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Im using a page fetch script to dynamically load a web page into a div. Heres the code. BTW Im using Firefox w/ Kubuntu

function fetch(URL, divId) {
        req = window.XMLHttpRequest ? new XMLHttpRequest() : new ActiveXObject("MSXML2.XMLHTTP.3.0");"GET", URL);
    req.onreadystatechange = function() {
        if (req.readyState == 4 && req.status == 200) {
            document.getElementById(divId).innerHTML = req.responseText;

When i try to get it to load a page nothing happens and I get an error

Error: junk after document element
Source File: file:///home/amnite/Stuff/MetalBraska/Shows/ContentRight.html
Line: 2, Column: 1
Source Code:
<img src="Layout/HeaderDiv.jpg" width="250px" height="7px">

share|improve this question
Can you post the responseText? You may be able to retrieve it by outputting it somewhere before trying to set your DIV's innerHTML. – DavidJCobb May 21 '11 at 23:11
@David: Good idea. Not necessary. He has req.status == 200 for a file:// URL. – George Bailey May 21 '11 at 23:24
up vote 31 down vote accepted

My answer is in sections

  • The error
  • But that does not even matter
  • The real problem
  • How someone could have found the cause/real problem
  • A solution that includes error handling

The error

The error is because it is trying to parse ContentRight.html as an XML file. XML files are strict, so any little thing like a missing </img> would cause a whole failure. In this case, there is more than one top level element. (in a normal HTML, there is only one top level element <html>). The second top level element is considered "Junk after document element". I am assuming that image is the second element that is causing the problem.

But that does not even matter

But this is all beside the point. There is no reason for you to parse the XML in the first page. You just want the HTML. Right? My guess is, it is trying to parse the XML and store it to responseXML. Because of the error, responseXML is null. But you are using responseText so there should be no problem. (ignore the error)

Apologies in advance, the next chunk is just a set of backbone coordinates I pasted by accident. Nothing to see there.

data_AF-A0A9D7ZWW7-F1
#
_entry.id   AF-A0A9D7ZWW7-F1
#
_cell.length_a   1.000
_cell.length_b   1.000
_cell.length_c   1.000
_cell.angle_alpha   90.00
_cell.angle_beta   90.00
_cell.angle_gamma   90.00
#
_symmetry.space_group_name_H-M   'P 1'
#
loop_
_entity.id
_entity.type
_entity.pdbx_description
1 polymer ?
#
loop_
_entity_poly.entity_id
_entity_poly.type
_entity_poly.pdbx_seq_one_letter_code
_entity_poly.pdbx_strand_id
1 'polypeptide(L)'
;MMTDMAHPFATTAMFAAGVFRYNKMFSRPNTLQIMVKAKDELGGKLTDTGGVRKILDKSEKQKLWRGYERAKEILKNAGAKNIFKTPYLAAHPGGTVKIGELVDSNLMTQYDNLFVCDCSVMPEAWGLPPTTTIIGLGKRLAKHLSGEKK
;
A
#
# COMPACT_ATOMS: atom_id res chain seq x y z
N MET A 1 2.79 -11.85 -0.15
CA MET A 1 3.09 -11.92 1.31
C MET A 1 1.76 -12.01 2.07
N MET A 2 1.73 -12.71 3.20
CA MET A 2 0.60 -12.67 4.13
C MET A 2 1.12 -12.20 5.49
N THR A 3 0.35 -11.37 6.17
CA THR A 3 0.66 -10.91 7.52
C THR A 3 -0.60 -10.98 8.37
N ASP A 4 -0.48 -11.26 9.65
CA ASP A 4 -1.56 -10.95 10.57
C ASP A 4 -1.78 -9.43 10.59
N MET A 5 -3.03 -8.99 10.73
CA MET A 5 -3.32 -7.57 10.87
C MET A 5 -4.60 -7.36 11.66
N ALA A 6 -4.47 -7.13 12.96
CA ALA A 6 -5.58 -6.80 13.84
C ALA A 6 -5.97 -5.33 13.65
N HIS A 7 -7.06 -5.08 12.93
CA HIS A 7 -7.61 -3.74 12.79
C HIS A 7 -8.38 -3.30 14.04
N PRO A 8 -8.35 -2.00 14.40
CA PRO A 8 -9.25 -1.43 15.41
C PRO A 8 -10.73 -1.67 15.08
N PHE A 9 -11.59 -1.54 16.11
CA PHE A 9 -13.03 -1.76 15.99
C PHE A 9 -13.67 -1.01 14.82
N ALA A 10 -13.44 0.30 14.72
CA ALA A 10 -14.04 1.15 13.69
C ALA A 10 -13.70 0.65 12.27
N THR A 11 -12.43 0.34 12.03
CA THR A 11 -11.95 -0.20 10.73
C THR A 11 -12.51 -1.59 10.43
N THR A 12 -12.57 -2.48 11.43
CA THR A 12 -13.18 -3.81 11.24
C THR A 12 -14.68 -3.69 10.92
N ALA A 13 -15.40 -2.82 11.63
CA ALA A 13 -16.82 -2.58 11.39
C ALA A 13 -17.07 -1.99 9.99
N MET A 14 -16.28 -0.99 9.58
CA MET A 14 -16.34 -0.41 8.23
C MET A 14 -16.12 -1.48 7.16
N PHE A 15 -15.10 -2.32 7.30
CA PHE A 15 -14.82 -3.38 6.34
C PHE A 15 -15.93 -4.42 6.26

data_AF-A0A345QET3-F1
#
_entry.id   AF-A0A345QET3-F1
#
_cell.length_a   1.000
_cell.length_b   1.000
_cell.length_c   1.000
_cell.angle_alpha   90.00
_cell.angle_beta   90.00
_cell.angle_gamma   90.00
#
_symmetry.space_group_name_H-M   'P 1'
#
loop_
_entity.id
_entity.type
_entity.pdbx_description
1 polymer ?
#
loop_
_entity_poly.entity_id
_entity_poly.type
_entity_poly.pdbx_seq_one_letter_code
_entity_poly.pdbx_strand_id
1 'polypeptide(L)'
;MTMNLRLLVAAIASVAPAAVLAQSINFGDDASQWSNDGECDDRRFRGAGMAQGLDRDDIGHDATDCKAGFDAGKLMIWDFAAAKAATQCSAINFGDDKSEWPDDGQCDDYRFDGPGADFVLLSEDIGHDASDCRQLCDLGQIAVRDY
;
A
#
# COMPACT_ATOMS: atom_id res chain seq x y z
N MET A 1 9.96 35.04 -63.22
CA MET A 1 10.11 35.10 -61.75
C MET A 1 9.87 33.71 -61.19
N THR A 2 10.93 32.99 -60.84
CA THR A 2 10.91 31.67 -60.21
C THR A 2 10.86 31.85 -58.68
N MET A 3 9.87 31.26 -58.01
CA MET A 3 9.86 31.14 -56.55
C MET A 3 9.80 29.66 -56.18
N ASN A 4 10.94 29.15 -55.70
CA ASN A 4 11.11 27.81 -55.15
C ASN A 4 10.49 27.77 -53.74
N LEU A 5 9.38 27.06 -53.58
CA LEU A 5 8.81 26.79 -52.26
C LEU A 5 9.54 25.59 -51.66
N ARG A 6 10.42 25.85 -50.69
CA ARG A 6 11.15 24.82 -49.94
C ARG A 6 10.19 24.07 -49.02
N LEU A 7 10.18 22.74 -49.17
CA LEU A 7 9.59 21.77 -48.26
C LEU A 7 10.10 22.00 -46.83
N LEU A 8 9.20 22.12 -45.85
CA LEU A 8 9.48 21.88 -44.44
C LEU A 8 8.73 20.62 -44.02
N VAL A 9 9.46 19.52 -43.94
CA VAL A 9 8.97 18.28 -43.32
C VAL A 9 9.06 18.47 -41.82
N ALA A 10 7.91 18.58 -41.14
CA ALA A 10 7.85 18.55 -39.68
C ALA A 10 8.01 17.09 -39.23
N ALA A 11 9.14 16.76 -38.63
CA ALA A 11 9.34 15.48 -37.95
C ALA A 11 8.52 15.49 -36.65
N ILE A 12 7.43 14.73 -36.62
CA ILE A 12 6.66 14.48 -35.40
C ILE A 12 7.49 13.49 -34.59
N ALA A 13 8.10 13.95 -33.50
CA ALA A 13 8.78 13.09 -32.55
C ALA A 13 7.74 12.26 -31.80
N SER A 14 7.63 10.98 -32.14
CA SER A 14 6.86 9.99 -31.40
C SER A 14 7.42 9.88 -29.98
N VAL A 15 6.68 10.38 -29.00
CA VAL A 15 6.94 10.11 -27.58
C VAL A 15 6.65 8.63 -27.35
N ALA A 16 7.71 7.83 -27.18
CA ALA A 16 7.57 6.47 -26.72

The real problem

All that and now I see the problem. You are requiring HTTP status 200 with req.status == 200. Since you are not using http:// and you are instead using file://, there is no status code and no possibility of a server error 500 and little chance of detecting a not found 404. So all you will get is 0. A good practice when you get something like this is to add alert lines

How someone could have found the cause/real problem

req.onreadystatechange = function() {
    if (req.readyState == 4 && req.status == 200) {
        document.getElementById(divId).innerHTML = req.responseText;

would alert 1 2 3 4 so you know readyState is 4. Then try

req.onreadystatechange = function() {
    if(req.readyState == 4)
    if (req.readyState == 4 && req.status == 200) {
        document.getElementById(divId).innerHTML = req.responseText;

You would get 0 and you would be closer to the problem.

A solution that includes error handling

A good solution is

req.onreadystatechange = function() {
    if (req.readyState == 4 && (req.status == 200 || req.status == 0 && req.responseText)) {
        document.getElementById(divId).innerHTML = req.responseText;
    } else {
        document.getElementById(divId).innerHTML = '<b>Error. HTTP ' + req.status + '</b>'

Because if status is 0, that could mean internet connection failure in which case responseText would be blank and then you would get Error. HTTP 0. If it was not blank, that would mean it was file:// and it would work like a charm.

And of course a server-level error would give Error. HTTP 500 or whatnot.

share|improve this answer
THANK YOU VERY MUCH!!!! Im new to the whole AJAX concept and I didnt even think about req.status causing this issue. I appreciate not only solving this issue for me but you gave alot more background info... Wish I could give you 20 thumbs up for going above and beyond... – Amnite May 21 '11 at 23:31
I wish you could too :) haha. But seriously, I am glad I could be of help. – George Bailey May 21 '11 at 23:35
The solution to my problem will be very different from this one (because the situation is rather different) but the diagnosis that it's parsing my file as XML was spot on. One quick glance in Firebug confirmed what you said and tells me that I should be able to change the MIME type on my template files (.tmpl) and it should fix this problem. Thanks! – John Munsch Aug 21 '12 at 13:54
change the MIME type of tmpl to plain/text – Gabe Rainbow May 9 '14 at 3:59

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